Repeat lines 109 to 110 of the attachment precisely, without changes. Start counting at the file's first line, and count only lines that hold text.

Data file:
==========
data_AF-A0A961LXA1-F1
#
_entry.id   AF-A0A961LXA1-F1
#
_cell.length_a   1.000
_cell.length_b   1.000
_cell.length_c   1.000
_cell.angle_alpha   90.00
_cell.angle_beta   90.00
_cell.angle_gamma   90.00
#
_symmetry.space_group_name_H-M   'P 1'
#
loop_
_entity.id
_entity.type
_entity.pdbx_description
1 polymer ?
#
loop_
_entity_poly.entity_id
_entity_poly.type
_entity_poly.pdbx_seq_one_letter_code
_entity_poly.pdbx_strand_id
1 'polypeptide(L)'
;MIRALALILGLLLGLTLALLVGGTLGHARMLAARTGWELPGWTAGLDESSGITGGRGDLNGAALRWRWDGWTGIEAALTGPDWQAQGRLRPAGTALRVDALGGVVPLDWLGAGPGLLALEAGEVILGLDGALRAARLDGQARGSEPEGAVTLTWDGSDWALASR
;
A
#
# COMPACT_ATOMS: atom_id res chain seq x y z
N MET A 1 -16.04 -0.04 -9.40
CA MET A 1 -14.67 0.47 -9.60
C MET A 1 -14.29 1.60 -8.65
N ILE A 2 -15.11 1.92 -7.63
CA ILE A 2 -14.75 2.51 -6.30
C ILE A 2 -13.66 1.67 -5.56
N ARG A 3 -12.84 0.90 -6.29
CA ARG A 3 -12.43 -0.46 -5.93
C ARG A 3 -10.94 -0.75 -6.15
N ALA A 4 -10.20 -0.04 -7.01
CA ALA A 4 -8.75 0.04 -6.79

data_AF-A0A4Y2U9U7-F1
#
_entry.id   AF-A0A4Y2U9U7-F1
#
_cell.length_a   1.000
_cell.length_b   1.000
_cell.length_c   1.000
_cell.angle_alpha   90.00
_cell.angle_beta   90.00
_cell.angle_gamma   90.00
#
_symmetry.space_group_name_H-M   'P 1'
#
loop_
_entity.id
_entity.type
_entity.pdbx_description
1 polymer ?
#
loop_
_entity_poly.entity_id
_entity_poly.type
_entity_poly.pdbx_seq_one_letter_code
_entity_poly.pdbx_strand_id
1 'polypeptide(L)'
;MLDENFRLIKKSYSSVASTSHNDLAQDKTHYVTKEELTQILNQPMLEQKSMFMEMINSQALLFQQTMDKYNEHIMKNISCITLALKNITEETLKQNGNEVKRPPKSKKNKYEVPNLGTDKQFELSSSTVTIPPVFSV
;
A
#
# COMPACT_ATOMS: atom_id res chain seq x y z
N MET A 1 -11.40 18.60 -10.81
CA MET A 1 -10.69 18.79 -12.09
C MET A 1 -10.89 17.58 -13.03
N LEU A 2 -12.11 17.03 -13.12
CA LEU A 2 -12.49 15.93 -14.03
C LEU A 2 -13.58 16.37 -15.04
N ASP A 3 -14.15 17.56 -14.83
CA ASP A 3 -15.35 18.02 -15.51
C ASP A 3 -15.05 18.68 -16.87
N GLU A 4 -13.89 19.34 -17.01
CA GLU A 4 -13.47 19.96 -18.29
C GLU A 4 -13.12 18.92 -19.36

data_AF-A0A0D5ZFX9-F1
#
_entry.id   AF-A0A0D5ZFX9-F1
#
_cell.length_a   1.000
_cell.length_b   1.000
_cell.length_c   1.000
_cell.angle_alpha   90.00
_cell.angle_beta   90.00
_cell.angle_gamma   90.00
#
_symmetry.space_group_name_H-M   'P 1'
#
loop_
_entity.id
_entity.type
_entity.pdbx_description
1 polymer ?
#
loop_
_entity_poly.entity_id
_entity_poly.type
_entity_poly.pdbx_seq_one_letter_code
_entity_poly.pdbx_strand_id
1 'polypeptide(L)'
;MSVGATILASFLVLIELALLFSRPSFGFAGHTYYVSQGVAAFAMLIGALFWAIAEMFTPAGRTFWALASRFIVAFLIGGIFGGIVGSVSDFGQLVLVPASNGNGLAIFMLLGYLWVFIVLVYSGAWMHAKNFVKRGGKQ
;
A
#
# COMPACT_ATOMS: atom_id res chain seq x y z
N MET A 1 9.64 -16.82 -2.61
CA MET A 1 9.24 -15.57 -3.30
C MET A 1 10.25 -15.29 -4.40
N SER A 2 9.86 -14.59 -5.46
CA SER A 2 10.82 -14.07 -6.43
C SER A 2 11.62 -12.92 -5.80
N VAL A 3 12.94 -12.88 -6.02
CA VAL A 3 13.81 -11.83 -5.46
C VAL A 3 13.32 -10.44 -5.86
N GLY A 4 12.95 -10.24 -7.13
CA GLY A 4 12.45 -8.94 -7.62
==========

;MSVGATILASFLVLIELALLFSRPSFGFAGHTYYVSQGVAAFAMLIGALFWAIAEMFTPAGRTFWALASRFIVAFLIGGIFGGIVGSVSDFGQLVLVPASNGNGLAIFMLLGYLWVFIVLVYSGAWMHAKNFVKRGGKQ
;